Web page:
Wednesday, January 02, 2008

Black Political Power in Indianapolis - Black Leadership Crisis in Indianapolis (Indy)

I was reading this post from the African-American Political Pundit blog talking about a "leadership crisis" in Indianapolis. A man "Rozelle Boyd" was a member of the Indianapolis city council for 42 years and he finally got turned out last year. He'll be stepping down from his position and there will be a changing of the guard.

Reading that post it seems like things got done during the course of his leadership in Indianapolis politics, but an Indianapolis blog has something different to state. The Black Accountablity Project - Indianapolis takes a look at Mr. Boyd...

Boyd is ending 42 years of public service on the council and we would argue that it is in fact a necessary changing of the guard. Clearly, his election in the 1960s was an important milestone for the Indianapolis black community. But as with much of the leadership that emerged during that period, there has been precious little innovation in the exercise of that leadership. In reflecting on his career, one can make the credible argument that much of what he is credited with as a councilman is either largely symbolic or benefited a select few. Boyd was an insider, working within the system to accomplish change and therein lies the issue.

Many of our black politicians still in office of Boyd's generation figured out the inside game of leveraging influence to bring benefits to a few minority contractors, or how to cool out tensions in the black community aroused by incidents of racism. But government is not a solution to every problem. The leadership of Boyd's generation never made the leap to the next level of black empowerment, the outside game of creating value and power through economic development, organizations and people. When getting the King Holiday enacted is what you regard as your most "concrete" accomplishment, I think the point is clear.

So now Boyd exits stage right as a younger group of black leadership takes center stage on council. Whether or not these new council members will do better than their predecessors at leveraging the outside game of leadership remains to be seen. The Black Accountability Project - Indianapolis will be watching.
I saw another post that caught my eye about the religious leadership in Indianapolis. This post discussed an attempt by a group of black ministers to demand that $25 million to be placed in a crime prevention program...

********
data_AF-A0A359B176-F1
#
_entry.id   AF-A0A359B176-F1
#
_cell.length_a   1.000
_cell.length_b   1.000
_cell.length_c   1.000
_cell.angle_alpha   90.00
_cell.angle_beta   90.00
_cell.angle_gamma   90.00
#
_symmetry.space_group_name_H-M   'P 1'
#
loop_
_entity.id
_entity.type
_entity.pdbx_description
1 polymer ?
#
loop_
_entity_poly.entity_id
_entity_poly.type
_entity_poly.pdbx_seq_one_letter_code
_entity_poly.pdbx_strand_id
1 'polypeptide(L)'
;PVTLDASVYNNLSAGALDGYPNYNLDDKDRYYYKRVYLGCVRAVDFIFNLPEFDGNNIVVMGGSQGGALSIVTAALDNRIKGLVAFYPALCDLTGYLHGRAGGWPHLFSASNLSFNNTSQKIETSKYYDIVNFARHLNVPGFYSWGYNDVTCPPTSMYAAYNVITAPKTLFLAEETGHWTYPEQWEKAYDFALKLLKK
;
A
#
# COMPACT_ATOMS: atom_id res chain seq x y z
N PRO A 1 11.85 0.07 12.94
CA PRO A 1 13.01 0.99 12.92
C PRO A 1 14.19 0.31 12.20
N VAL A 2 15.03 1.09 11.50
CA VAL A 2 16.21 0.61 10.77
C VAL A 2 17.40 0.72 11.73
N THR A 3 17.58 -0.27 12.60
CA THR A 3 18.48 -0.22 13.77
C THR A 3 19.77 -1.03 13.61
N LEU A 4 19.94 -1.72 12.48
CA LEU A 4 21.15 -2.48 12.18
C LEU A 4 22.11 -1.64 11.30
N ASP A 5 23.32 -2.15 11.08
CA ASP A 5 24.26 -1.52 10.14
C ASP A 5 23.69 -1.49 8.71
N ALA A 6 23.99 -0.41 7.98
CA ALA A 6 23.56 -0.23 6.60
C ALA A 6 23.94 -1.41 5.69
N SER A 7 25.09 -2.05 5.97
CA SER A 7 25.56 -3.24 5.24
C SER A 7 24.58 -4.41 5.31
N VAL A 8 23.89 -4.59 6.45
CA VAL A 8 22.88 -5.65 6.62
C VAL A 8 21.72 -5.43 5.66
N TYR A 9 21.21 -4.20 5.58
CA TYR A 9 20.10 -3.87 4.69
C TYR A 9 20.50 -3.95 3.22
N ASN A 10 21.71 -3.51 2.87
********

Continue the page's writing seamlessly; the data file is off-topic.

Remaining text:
That attempt to force the Peterson administration to provide funding for faith based programming through political grandstanding and ultimatums stands as an example of how faith leadership in Indianapolis fails to expand and develop the strategic value of their connection to thousands of people. Clearly Indy's faith leadership has influence and political clout and working together to leverage that clout is a viable strategem. But where faith leadership consistently fails is in recognizing that their political leverage arises from the people they in theory represent. To truly wield this clout, they must be able to move the people of their congregations to consistent, unified action. It is not a sufficient condition of change for faith leadership to make demands which cannot be backed up by significant consequences, political or otherwise.
Now I don't know much about what's going on down there in "Nap-Town", however, I'm sure someone is asking questions about Chicago's black leadership. I wonder what people think of black leadership in "Chi-Town". Is there a similar crisis or is it different in Chicago?

1 comment:

JP Paulus said...

I have thought about this for some time, and again, don’t have all the answers, but a few observations.

In Chicago, there are several layers of networks that rarely interact with each other:

One layer is through the Christian Community Development Association, which is quietly rebuilding neighborhoods through Christian economic means. The Chicgao Urban League is now focusing on community development, and it would be good if those two got together.

Other networks include graduates of Moody Bible Institute and churches connected with Pasotr John Hannah (of New Life Covenant Oakwood & Gospel radio 1390).

I know some division is due to egos and severe differences in doctrine keep churches from working together…but there is just something else, especially in Chicago, that I can’t put my finger on, but it drives me crazy! God can do so much through Chicago’s churches, if we let Him!!!

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